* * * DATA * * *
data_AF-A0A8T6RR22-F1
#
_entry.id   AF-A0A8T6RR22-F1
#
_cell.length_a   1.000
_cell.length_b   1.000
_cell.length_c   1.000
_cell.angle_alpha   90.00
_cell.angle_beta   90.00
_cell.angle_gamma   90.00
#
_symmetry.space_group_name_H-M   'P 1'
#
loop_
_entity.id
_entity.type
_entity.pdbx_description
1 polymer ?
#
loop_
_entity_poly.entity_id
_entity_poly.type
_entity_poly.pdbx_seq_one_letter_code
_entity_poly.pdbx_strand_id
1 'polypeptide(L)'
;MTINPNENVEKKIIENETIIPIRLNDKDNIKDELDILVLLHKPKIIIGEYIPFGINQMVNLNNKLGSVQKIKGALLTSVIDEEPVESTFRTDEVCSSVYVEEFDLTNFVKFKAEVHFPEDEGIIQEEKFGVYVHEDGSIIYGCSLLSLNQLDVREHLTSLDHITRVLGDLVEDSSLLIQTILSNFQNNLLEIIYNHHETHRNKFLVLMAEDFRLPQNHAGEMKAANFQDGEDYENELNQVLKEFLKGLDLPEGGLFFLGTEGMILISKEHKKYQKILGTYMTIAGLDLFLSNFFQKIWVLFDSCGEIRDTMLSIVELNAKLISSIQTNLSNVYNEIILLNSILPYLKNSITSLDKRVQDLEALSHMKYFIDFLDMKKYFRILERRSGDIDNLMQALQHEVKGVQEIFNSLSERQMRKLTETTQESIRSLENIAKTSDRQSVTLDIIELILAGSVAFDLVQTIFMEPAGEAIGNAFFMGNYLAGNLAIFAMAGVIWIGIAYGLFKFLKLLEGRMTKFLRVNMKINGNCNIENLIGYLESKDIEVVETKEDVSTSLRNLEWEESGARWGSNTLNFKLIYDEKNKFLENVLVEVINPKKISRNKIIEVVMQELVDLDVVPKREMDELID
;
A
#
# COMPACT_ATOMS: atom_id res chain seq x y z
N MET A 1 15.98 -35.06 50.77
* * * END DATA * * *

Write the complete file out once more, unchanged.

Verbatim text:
data_AF-A0A8T6RR22-F1
#
_entry.id   AF-A0A8T6RR22-F1
#
_cell.length_a   1.000
_cell.length_b   1.000
_cell.length_c   1.000
_cell.angle_alpha   90.00
_cell.angle_beta   90.00
_cell.angle_gamma   90.00
#
_symmetry.space_group_name_H-M   'P 1'
#
loop_
_entity.id
_entity.type
_entity.pdbx_description
1 polymer ?
#
loop_
_entity_poly.entity_id
_entity_poly.type
_entity_poly.pdbx_seq_one_letter_code
_entity_poly.pdbx_strand_id
1 'polypeptide(L)'
;MTINPNENVEKKIIENETIIPIRLNDKDNIKDELDILVLLHKPKIIIGEYIPFGINQMVNLNNKLGSVQKIKGALLTSVIDEEPVESTFRTDEVCSSVYVEEFDLTNFVKFKAEVHFPEDEGIIQEEKFGVYVHEDGSIIYGCSLLSLNQLDVREHLTSLDHITRVLGDLVEDSSLLIQTILSNFQNNLLEIIYNHHETHRNKFLVLMAEDFRLPQNHAGEMKAANFQDGEDYENELNQVLKEFLKGLDLPEGGLFFLGTEGMILISKEHKKYQKILGTYMTIAGLDLFLSNFFQKIWVLFDSCGEIRDTMLSIVELNAKLISSIQTNLSNVYNEIILLNSILPYLKNSITSLDKRVQDLEALSHMKYFIDFLDMKKYFRILERRSGDIDNLMQALQHEVKGVQEIFNSLSERQMRKLTETTQESIRSLENIAKTSDRQSVTLDIIELILAGSVAFDLVQTIFMEPAGEAIGNAFFMGNYLAGNLAIFAMAGVIWIGIAYGLFKFLKLLEGRMTKFLRVNMKINGNCNIENLIGYLESKDIEVVETKEDVSTSLRNLEWEESGARWGSNTLNFKLIYDEKNKFLENVLVEVINPKKISRNKIIEVVMQELVDLDVVPKREMDELID
;
A
#
# COMPACT_ATOMS: atom_id res chain seq x y z
N MET A 1 15.98 -35.06 50.77